Challenges of reaching men who have sex with men and its impact on HIV prevention efforts: a case of Mombasa, Kenya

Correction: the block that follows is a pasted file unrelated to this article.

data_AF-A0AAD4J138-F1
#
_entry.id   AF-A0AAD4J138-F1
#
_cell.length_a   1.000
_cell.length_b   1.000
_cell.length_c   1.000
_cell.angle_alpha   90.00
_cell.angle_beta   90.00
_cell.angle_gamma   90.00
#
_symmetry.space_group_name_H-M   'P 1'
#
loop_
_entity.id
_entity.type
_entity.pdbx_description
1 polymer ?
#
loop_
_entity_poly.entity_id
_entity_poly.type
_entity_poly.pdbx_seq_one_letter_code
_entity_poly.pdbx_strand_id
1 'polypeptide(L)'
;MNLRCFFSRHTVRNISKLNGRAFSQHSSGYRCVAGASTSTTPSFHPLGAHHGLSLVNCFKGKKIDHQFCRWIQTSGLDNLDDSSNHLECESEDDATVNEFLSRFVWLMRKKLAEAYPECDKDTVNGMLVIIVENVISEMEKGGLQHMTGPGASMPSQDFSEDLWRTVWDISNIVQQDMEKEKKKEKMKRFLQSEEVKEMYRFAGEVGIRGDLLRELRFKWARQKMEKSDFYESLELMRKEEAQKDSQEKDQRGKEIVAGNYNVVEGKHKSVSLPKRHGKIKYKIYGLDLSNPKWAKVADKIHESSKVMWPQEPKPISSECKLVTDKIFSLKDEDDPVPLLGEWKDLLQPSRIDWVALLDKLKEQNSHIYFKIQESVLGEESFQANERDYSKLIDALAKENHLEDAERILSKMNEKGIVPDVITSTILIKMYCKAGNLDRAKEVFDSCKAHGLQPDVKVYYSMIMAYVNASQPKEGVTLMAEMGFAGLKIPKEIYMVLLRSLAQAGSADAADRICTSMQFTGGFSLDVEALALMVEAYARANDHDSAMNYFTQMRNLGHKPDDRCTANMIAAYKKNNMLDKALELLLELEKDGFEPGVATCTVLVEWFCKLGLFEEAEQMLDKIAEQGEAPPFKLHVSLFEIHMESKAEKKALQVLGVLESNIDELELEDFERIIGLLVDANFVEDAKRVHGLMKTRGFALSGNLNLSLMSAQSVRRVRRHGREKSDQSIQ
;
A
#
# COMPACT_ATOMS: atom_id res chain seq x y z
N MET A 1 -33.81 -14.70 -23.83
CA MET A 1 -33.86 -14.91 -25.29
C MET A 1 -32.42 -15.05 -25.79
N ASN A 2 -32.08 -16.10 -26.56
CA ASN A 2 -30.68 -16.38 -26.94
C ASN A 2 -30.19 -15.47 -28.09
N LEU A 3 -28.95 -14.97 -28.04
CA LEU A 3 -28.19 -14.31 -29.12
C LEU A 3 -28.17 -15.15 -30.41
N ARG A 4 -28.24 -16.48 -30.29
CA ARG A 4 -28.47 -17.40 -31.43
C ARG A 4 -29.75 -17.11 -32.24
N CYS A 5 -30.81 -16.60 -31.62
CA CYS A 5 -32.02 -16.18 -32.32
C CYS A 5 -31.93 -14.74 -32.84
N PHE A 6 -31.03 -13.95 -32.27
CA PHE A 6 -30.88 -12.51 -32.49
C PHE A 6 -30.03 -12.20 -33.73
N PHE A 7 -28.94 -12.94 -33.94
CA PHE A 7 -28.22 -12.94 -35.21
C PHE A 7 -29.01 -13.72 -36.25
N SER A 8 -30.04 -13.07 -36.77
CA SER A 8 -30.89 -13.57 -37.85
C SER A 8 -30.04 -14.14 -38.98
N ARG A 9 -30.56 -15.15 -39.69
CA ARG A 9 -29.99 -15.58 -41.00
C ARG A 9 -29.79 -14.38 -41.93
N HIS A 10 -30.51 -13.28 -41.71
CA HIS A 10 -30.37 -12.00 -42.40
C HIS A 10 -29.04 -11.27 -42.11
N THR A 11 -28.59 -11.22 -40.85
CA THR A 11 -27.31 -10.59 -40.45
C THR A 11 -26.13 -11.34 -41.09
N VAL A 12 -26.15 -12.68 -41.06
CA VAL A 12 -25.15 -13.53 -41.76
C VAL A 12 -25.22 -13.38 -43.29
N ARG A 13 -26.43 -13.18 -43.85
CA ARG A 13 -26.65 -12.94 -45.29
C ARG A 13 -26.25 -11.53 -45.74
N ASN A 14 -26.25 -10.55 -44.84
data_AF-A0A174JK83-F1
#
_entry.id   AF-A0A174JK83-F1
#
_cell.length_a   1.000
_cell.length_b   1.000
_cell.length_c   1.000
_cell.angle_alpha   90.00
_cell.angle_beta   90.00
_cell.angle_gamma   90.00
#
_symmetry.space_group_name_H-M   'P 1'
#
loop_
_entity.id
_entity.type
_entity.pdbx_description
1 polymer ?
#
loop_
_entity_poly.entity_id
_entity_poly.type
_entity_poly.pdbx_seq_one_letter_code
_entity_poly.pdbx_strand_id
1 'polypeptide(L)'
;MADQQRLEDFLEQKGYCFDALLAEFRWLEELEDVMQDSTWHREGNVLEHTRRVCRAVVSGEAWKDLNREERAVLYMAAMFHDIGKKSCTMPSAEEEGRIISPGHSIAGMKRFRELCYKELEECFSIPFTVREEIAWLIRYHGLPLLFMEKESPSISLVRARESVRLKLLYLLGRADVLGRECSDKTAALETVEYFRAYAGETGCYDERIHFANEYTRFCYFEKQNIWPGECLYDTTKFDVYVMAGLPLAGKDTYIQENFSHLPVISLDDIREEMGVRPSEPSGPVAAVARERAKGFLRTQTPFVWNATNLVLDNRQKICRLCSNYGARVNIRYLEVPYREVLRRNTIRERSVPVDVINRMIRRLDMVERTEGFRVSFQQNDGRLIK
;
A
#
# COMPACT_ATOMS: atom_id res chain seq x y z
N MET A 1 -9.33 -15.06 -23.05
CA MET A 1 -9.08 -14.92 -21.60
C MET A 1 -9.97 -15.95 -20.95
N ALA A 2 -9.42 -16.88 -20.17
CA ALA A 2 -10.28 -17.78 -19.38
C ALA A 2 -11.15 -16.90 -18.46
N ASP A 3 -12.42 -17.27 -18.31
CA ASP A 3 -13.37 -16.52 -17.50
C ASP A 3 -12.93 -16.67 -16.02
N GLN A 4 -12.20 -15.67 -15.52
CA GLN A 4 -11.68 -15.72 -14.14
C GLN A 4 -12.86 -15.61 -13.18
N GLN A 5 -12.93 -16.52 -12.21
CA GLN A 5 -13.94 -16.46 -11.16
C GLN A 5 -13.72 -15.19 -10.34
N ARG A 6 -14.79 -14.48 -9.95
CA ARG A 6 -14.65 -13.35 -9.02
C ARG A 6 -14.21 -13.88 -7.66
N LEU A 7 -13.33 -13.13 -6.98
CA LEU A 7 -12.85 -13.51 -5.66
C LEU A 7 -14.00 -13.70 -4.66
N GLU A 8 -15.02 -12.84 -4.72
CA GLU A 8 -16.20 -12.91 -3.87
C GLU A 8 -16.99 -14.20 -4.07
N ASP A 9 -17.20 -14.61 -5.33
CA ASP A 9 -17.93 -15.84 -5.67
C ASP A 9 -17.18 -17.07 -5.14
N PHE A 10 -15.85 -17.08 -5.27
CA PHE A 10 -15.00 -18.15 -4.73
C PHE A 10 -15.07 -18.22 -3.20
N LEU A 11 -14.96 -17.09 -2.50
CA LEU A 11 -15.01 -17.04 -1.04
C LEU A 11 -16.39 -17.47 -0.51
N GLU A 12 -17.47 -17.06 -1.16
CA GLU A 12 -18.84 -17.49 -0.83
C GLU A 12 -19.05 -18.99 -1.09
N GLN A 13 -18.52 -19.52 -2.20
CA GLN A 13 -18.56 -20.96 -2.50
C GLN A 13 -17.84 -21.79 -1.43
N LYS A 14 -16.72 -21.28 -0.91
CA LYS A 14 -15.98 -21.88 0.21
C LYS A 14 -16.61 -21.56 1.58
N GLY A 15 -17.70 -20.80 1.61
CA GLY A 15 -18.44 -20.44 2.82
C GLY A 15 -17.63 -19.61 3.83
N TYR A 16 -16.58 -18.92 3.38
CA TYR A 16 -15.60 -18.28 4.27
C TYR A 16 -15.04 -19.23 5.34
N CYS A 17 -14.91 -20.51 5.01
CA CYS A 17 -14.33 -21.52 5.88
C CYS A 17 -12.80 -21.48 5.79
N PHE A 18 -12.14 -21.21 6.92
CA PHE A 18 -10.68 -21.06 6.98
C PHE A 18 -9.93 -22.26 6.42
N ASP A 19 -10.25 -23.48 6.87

The study was conducted in Mombasa and it sought to establish how various challenges facing MSM hinder uptake of HIV preventive behaviours. In Coast province, HIV infection amongst MSM has been acknowledged as a rising epidemic. The MOTS (2008) estimates the distribution of new infections through MSM at 14.4%. MSM are therefore considered most-at-risk population that needs to be included in the HIV & AIDS programs; they have great potential to transmit, given the modelled high incidence rates. This study investigated how challenges of reaching MSM have impacted on their adoption of HIV prevention behaviors, and explored additional ways of reaching them with HIV prevention information. A cross sectional survey was conducted among 60 MSM to collect data from respondents through interviews. Quantitative and qualitative data was collected through interviews using structured and unstructured questionnaires. The study targeted men aged above 18 years who self-reported to having engaged in any form of sex with other men in the past twelve (12) months. The respondents were drawn from peers of MSM Peer Educators who implement a HIV prevention program in Mombasa supported by APHIA II Coast and MSM in other groups. Convenience sampling was used to identify respondents for the study. Data was entered in an MS Access data screen, and exported to MS excel and SPSS 11.5 for analysis. Frequency tables, pie charts, histograms and cross tabulation charts have been used to present and analyse data Findings of the research study indicate that MSM engage in high risk sexual behaviours with both male and female sex partners. O/t~lentire respondents, 44ro are bisexual and 46% are gay. The high risk behaviours include inconsistent condom use and preference for male and female casual sex partners. Therefore exposure to risk of HIV is high not only among the MSM population, but also to the heterosexuals. Study findings revealed that 71% of MSM who had 2 to 5 sex partners in past one month also had 6 and more partners in past 6 months. Most MSM interviewed are between the age range of 18 to 29. Only 28% of the respondents use condoms correctly. Not all MSM have relevant knowledge on the type of lubrication that should be used with condoms; in addition to water based lubrication, oil and lotion are some lubricants used. MSM need to develop a higher self-risk perception. This way, they can apply what they know about comprehensive HIV prevention to their personal sexual behaviours. The community too needs to be aware that risk of HIV infection is not an MSM issue only; sexual networks between MSM and the heterosexual population exist. It is therefore critical that community stigma towards MSM is reduced so that they can access relevant HIV & AIDS information and services freely. Risk perceptions of MSM needs to be continually addressed because the high knowledge of HIV prevention does not match with the low level of adoption of HIV preventive behaviours. Messages that focus on the..behavioural issues should be developed and disseminated to the population. Health workers should be sensitised on handling MSM in a friendly and nonjudgemental manner.